Economics Expert Witness Testimony Not Allowed in Misleading Sales Practice Litigation

Summary: Economics Expert Witness testimony is not allowed because the plaintiff did not show that the expert’s adoption of the ADT Model and Mangum’s Representative Industry Model was reliable.

Facts: This case (ADT LLC, et al. v. Vivint Smart Home, Inc., et al – United States District Court – Southern District of Florida – May 19th, 2023) involves numerous claims: unfair competition in violation of the Lanham Act, common law unfair competition, trade slander/commercial disparagement, and tortious interference with advantageous business relationships. The plaintiff, ADT, alleges that the defendant, Vivint Smart Home misled ADT customers through false sales tactics, such as switching out ADT equipment for Vivint and by telling the customer that ADT has been bought out and vivid is taking over their accounts. The plaintiffs hired Economics Expert Witness Dr. Eric Matolo to provide testimony their behalf.  The defendant filed a motion to exclude this expert from providing an expert witness opinion.

Discussion: Vivint argued that Dr. Matolo’s expert witness opinion should be excluded for three reasons: 1) Dr. Matolo’s adoption of the ADT Model is not reliable; 2) His adoption of Mangum’s Representative Industry Model is not reliable; and 3) Dr. Matolo has not applied either model to the facts of the case.

The court first noted that Vivint agreed that forced royalty rates can be utilized to measure damages in some Lanham Act cases. However, Vivint does argue that the way that Dr. Matolo came up with his damages opinions makes his expert witness opinion unreliable.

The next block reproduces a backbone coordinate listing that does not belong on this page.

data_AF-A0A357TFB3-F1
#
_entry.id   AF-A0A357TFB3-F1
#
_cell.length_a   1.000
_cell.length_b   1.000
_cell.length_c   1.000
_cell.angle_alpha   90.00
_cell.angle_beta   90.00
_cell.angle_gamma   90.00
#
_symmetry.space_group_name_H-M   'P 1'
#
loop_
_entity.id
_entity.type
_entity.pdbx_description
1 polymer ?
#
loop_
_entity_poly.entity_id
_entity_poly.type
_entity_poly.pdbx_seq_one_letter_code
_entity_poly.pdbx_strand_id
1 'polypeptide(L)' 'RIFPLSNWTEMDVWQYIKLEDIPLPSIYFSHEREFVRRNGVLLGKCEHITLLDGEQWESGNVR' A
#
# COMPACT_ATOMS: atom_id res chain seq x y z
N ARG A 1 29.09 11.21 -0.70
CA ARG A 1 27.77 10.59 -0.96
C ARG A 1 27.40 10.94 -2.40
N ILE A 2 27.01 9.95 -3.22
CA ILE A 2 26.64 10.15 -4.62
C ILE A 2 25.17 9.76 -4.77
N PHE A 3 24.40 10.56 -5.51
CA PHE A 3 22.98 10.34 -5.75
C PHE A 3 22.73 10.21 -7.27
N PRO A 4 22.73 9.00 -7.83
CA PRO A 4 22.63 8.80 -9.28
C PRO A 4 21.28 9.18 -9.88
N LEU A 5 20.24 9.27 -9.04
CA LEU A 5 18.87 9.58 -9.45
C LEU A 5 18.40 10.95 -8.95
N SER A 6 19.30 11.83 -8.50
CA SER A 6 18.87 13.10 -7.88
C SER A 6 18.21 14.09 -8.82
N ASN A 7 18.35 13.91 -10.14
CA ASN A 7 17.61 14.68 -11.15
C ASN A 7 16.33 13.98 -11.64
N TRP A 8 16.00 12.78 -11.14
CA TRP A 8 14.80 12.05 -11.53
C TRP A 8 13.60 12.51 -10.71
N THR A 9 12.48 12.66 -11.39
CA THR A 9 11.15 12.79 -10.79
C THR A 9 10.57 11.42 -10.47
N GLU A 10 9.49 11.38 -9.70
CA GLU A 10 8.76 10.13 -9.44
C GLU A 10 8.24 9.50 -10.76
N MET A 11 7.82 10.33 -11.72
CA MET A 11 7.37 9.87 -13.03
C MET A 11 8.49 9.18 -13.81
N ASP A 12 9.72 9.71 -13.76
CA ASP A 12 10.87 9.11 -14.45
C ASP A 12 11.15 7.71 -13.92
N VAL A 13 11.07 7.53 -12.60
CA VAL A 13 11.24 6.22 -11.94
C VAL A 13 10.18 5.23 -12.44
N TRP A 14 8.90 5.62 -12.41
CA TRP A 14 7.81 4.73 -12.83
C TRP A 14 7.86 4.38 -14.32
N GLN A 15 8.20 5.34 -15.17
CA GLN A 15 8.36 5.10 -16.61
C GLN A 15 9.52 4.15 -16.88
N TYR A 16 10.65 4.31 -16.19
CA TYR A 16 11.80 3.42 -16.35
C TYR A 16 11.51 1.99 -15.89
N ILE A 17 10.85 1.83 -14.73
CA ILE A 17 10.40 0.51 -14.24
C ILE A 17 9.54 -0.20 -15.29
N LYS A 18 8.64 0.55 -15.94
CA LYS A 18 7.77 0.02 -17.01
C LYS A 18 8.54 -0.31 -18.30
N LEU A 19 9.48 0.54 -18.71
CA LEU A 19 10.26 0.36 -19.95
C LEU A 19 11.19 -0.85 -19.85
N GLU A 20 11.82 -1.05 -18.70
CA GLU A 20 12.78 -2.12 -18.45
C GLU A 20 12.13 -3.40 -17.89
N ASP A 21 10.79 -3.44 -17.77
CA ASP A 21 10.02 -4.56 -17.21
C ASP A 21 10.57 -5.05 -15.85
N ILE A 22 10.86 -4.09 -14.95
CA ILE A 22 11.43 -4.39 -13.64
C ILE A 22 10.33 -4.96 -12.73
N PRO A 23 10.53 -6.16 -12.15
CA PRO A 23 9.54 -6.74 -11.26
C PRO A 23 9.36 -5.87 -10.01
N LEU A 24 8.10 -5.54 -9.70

Vivint stated that Dr. Maholo’s opinions about the ADT Model should be excluded because he wholesale adopted the conclusions from an unknown person at ADT and did not perform any analysis of his own. The court noted that the plaintiffs did provide the ADT Model to Matolo, but he didn’t go over the underlying data and did not verify any of the numbers or components of the Model.  The court also stated that Dr. Matolo just took the piece of paper from ADT and “plopped it into his report”, which is not compatible with Daubert requirements.

Vivint also argued that Dr. Matolo’s expert witness opinion about the representative dealer revenue sharing model should be excluded because it has not been tested, was not subjected to peer-review, and is not accepted in the scientific community. The judge opined that ADT did not address this argument in its reply, which, in essence, concedes the point. The court ruled that ADT did not defend their argument; thus it will exclude Dr. Matolo’s opinion on this point as well.

Last, the court stated that it will not be necessary to opine on the third argument because Dr. Matolo will not be providing an expert opinion on a royalty rate.

Conclusion: The motion to exclude the expert witness opinion of Dr. Eric Matolo is granted.